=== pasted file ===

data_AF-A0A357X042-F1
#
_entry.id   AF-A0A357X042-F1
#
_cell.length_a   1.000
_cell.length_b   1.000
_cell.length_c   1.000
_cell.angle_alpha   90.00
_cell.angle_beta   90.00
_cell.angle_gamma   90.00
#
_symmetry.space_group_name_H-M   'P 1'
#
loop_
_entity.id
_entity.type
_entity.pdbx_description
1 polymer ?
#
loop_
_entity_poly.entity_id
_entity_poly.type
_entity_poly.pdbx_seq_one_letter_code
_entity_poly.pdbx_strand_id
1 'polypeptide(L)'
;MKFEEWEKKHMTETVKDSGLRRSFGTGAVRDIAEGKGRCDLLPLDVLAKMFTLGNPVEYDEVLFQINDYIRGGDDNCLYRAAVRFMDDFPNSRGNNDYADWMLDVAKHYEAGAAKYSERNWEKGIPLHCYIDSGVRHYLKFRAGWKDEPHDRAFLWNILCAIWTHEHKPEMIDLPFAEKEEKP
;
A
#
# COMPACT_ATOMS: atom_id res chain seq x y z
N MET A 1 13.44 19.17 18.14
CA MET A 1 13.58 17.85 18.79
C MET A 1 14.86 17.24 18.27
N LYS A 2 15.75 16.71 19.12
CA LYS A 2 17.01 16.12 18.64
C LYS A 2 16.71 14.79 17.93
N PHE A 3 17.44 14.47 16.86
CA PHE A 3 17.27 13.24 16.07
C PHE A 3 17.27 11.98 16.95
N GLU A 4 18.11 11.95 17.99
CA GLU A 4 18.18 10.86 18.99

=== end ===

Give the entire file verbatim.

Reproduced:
data_AF-A0A357X042-F1
#
_entry.id   AF-A0A357X042-F1
#
_cell.length_a   1.000
_cell.length_b   1.000
_cell.length_c   1.000
_cell.angle_alpha   90.00
_cell.angle_beta   90.00
_cell.angle_gamma   90.00
#
_symmetry.space_group_name_H-M   'P 1'
#
loop_
_entity.id
_entity.type
_entity.pdbx_description
1 polymer ?
#
loop_
_entity_poly.entity_id
_entity_poly.type
_entity_poly.pdbx_seq_one_letter_code
_entity_poly.pdbx_strand_id
1 'polypeptide(L)'
;MKFEEWEKKHMTETVKDSGLRRSFGTGAVRDIAEGKGRCDLLPLDVLAKMFTLGNPVEYDEVLFQINDYIRGGDDNCLYRAAVRFMDDFPNSRGNNDYADWMLDVAKHYEAGAAKYSERNWEKGIPLHCYIDSGVRHYLKFRAGWKDEPHDRAFLWNILCAIWTHEHKPEMIDLPFAEKEEKP
;
A
#
# COMPACT_ATOMS: atom_id res chain seq x y z
N MET A 1 13.44 19.17 18.14
CA MET A 1 13.58 17.85 18.79
C MET A 1 14.86 17.24 18.27
N LYS A 2 15.75 16.71 19.12
CA LYS A 2 17.01 16.12 18.64
C LYS A 2 16.71 14.79 17.93
N PHE A 3 17.44 14.47 16.86
CA PHE A 3 17.27 13.24 16.07
C PHE A 3 17.27 11.98 16.95
N GLU A 4 18.11 11.95 17.99
CA GLU A 4 18.18 10.86 18.99